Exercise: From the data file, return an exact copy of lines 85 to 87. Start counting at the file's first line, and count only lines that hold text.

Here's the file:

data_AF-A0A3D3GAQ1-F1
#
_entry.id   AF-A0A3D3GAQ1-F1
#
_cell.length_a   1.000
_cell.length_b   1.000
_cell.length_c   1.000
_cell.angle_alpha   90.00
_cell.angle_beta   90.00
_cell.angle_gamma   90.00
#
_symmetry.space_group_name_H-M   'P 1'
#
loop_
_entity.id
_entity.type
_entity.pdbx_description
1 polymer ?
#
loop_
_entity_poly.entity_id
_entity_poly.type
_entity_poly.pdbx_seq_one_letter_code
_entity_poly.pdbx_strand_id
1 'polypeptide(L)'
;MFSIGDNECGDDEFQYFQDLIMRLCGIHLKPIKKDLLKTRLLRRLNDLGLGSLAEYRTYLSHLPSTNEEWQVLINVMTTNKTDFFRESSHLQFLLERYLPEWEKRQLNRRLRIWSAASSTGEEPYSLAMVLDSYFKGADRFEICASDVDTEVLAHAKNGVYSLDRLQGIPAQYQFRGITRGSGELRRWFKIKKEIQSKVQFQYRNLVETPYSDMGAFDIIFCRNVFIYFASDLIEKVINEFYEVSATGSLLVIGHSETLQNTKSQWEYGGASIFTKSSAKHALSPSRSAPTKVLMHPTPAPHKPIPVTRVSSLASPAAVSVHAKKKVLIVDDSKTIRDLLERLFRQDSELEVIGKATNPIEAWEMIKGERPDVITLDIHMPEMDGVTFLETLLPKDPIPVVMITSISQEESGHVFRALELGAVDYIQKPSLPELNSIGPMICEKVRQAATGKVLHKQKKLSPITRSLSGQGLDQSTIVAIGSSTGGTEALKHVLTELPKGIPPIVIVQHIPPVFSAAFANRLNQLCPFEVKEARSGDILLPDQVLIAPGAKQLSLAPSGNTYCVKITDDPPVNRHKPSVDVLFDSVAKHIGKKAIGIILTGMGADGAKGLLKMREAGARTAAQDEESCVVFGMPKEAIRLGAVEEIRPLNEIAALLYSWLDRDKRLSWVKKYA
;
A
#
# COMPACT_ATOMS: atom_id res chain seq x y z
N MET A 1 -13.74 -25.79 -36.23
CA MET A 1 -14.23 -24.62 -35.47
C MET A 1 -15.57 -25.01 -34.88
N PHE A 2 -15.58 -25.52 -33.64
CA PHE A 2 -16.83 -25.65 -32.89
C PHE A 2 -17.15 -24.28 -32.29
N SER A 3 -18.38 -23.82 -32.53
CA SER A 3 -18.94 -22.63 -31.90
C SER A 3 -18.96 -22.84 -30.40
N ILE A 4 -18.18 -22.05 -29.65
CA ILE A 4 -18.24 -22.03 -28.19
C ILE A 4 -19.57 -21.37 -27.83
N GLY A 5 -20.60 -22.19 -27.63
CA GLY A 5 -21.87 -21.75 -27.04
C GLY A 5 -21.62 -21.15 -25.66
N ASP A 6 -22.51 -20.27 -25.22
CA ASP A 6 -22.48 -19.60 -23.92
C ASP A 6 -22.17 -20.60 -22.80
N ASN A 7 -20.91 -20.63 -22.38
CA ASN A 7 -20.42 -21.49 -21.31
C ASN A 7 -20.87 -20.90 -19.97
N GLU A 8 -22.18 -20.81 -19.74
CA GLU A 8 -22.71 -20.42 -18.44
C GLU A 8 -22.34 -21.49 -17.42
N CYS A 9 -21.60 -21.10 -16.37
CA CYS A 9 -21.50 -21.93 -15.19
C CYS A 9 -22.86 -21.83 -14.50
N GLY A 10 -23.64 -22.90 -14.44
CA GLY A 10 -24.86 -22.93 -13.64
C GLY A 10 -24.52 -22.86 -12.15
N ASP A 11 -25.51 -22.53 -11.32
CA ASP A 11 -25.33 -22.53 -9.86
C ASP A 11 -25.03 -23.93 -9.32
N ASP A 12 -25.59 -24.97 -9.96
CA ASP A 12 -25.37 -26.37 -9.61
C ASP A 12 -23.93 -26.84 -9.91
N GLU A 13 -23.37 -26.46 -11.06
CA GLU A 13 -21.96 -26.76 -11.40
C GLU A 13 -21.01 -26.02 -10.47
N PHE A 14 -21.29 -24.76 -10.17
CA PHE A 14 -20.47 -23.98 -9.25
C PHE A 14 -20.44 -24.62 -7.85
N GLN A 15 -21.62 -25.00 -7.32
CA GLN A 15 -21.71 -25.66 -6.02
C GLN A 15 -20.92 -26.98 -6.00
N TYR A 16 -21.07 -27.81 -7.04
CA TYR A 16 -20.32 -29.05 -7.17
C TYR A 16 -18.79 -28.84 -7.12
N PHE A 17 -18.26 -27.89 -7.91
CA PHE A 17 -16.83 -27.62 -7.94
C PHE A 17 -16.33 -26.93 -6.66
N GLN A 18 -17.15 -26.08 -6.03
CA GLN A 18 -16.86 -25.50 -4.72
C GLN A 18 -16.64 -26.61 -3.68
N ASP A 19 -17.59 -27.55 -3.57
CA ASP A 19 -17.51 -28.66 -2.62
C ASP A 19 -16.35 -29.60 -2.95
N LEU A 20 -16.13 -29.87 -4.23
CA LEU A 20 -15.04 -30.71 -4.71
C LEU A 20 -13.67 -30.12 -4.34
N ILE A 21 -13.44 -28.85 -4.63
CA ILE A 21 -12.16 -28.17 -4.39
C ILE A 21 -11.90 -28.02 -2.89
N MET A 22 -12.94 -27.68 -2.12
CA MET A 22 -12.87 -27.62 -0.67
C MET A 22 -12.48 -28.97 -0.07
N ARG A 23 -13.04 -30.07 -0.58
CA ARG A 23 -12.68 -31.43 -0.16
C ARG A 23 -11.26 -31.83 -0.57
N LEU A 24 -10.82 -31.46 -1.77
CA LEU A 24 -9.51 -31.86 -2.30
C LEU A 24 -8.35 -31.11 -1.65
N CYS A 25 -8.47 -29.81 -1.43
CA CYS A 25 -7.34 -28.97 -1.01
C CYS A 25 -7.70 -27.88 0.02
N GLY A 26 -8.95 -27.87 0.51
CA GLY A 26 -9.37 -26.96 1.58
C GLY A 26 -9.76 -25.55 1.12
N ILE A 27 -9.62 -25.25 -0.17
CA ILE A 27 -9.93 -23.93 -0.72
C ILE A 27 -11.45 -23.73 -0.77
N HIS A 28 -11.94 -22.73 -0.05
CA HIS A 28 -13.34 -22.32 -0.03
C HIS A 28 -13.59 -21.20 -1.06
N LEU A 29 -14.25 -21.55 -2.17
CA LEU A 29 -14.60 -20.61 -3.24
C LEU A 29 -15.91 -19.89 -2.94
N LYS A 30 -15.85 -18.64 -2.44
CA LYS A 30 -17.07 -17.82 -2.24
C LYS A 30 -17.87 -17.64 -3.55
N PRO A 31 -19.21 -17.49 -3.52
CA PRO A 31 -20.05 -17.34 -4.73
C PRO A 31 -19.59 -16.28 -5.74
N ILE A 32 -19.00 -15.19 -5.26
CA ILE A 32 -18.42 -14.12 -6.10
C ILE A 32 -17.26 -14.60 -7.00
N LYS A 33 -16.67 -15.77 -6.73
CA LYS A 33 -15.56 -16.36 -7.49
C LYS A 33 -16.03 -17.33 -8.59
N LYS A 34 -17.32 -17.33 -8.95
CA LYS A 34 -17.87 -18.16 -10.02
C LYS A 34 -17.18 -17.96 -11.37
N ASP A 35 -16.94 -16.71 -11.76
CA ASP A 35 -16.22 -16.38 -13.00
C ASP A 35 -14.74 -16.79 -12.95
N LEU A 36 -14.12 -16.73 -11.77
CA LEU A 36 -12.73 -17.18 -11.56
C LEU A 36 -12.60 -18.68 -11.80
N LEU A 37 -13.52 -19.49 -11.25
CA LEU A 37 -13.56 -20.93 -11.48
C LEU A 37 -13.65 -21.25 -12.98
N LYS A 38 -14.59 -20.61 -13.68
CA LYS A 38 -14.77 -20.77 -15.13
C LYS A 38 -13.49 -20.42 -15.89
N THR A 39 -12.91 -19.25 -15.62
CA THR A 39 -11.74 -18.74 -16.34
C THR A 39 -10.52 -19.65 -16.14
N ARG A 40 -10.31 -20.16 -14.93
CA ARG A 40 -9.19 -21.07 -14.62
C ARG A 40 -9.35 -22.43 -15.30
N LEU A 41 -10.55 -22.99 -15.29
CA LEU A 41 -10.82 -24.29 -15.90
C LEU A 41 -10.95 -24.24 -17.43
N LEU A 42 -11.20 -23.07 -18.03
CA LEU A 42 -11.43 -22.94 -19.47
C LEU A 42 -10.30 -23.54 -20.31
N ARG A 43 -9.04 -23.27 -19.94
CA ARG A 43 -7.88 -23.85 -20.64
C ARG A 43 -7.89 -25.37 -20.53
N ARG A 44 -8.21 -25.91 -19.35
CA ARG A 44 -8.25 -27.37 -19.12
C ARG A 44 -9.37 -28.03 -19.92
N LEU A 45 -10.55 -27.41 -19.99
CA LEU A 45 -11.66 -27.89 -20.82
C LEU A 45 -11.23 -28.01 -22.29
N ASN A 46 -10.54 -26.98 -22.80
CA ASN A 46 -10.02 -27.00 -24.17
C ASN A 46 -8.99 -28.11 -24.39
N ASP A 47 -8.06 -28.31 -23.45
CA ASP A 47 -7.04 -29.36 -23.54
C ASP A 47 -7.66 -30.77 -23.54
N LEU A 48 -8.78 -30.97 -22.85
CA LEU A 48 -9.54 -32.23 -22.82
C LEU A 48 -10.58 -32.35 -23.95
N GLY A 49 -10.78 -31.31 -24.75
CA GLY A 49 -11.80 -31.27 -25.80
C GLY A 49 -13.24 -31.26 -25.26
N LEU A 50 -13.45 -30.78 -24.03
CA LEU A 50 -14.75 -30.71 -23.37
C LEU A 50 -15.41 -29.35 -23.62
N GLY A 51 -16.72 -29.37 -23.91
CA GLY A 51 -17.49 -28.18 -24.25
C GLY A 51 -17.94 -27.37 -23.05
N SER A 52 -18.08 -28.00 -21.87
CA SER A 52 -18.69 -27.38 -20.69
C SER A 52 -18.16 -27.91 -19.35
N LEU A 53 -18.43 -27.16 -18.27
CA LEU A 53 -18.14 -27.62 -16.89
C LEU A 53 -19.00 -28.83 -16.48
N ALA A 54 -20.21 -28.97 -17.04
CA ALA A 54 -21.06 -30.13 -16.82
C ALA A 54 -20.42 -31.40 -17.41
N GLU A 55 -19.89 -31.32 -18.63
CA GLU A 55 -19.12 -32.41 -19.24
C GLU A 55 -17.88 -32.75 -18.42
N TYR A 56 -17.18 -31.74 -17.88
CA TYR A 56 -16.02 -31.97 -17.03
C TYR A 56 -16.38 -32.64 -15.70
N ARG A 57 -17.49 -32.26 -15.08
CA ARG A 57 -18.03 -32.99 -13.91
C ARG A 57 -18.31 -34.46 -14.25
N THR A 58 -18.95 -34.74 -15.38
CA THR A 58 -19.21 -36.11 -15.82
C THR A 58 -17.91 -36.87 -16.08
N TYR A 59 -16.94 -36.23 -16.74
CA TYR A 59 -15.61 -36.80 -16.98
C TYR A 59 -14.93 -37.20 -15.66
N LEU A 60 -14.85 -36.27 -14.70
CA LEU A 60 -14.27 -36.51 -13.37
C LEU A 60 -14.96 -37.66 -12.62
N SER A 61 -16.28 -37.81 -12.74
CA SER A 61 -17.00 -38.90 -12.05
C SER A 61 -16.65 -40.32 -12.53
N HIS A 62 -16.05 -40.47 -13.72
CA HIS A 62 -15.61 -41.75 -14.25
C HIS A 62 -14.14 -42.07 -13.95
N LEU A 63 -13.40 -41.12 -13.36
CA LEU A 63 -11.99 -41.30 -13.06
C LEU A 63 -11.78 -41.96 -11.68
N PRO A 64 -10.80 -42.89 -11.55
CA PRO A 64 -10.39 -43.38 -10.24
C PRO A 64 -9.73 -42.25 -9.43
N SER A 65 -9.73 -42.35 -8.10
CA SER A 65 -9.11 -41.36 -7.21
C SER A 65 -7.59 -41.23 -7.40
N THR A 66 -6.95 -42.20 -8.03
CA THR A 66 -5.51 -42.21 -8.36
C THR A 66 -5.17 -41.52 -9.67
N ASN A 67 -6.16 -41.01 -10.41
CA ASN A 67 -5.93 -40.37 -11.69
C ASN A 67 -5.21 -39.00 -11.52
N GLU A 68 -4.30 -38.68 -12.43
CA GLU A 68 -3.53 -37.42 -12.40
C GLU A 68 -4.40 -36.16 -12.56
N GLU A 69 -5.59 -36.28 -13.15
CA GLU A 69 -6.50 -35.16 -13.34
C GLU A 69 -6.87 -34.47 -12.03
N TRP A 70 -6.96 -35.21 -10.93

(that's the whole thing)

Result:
N ASP A 19 -17.59 -27.55 -3.57
CA ASP A 19 -17.51 -28.66 -2.62
C ASP A 19 -16.35 -29.60 -2.95